On civil asset forfeiture reform, transparency is a good start – but there’s more to do

Civil asset forfeiture in Alabama lacks public accountability and tramples the property rights of thousands of people. Hundreds of Alabamians lose cash, cars and other property under this practice every year. Many of them are never convicted of a crime – or even charged with one. And many people can’t afford to hire a lawyer to challenge these seizures in court.

To remedy these injustices, Sen. Arthur Orr, R-Decatur, introduced SB 191 this year. This bill, as revised in the Senate, will require law enforcement agencies to report information about civil asset forfeitures to a central database. It also will require an annual report about the size and scope of these seizures across our state.

The Senate passed the bill 33-0 Tuesday, and the House voted 102-0 for it Thursday. The bill now goes to Gov. Kay Ivey.

SB 191’s passage is a good step toward bringing more transparency to Alabama’s forfeiture process. But the bill falls far short of the reform that Alabama needs.

How a strong bill lost most of its best provisions

SB 191 started its journey through the Legislature as the gold standard of forfeiture reform. As introduced, it would have substantially overhauled Alabama’s forfeiture practices to fit with traditional notions of due process.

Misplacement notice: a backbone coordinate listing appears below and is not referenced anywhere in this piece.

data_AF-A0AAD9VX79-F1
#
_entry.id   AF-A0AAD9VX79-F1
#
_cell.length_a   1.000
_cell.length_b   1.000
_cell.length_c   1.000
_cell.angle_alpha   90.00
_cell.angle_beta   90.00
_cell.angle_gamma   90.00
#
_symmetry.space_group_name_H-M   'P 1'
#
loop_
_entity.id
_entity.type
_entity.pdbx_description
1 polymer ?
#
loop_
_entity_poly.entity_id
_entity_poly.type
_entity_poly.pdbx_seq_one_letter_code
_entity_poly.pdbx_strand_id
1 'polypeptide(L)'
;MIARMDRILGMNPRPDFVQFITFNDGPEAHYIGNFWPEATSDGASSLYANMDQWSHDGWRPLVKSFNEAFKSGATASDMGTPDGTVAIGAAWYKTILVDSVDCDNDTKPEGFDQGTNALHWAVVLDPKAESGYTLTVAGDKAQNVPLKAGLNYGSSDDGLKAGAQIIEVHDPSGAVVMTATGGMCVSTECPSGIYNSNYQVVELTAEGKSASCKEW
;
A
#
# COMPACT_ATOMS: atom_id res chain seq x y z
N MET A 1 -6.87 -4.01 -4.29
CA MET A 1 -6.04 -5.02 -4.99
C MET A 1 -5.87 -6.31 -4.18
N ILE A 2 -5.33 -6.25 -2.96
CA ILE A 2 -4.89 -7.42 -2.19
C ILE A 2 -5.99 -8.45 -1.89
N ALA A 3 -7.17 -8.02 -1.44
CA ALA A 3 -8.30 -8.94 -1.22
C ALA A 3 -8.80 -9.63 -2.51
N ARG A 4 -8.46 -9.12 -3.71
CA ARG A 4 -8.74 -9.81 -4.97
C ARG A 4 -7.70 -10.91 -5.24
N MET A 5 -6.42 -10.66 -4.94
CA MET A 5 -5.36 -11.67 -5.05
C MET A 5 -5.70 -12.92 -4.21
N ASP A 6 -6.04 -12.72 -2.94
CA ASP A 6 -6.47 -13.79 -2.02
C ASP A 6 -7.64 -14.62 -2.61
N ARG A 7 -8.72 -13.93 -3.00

The original bill would have required a felony conviction before property became subject to forfeiture in most cases. It also would have required the state to meet a higher burden of proof in connecting property to a crime. And it would have mandated a detailed, publicly searchable database laying out the full scale of seizures in the state. The bill would have made Alabama’s forfeiture protections some of the strongest in the country.

Then law enforcement agencies that bring in millions of dollars from forfeitures sank their claws into the bill. Their interference threatened to kill reform entirely, and it led to the bill being scaled back drastically. The Senate removed all of SB 191’s substantive provisions that would have protected Alabamians from abuse and overreach.

Rep. Connie Rowe, R-Jasper, said the director of the Office of Prosecution Services wrote the substitute bill. Rowe presented SB 191 to the House Judiciary Committee, which quickly approved it Wednesday.

Real reform remains possible and badly needed

SB 191 will indeed increase transparency on civil asset forfeiture. But this small step forward is only the beginning of reform, certainly not the finish line. Civil asset forfeiture is abused routinely, and other states already have taken steps to limit or stop it. Unfortunately, Alabama lawmakers have punted on major reforms this year.

The amended bill likely will become law now that it would do little more than require data collection. But advocates must refuse to allow the database to be used as an excuse to delay changes that would rein in abuses of civil asset forfeiture.

Our government already has enough data, spread throughout various law enforcement offices, to create a comprehensive picture of forfeitures. And many of the records of those expenditures and seizures likely are subject to Alabama’s Open Records Act.

Entities that receive money from forfeitures have derailed major reforms this year and laid the groundwork to seek future delays. Even so, SB 191 will create helpful new reporting requirements to help shine a light into the murky waters of civil asset forfeiture in Alabama.

And when that data is laid out, opponents of reform will have run out of excuses. They’ll no longer have even paper-thin rationalizations for denying the truth: Civil asset forfeiture is unjust and unnecessary, and Alabama should abolish it in its current form.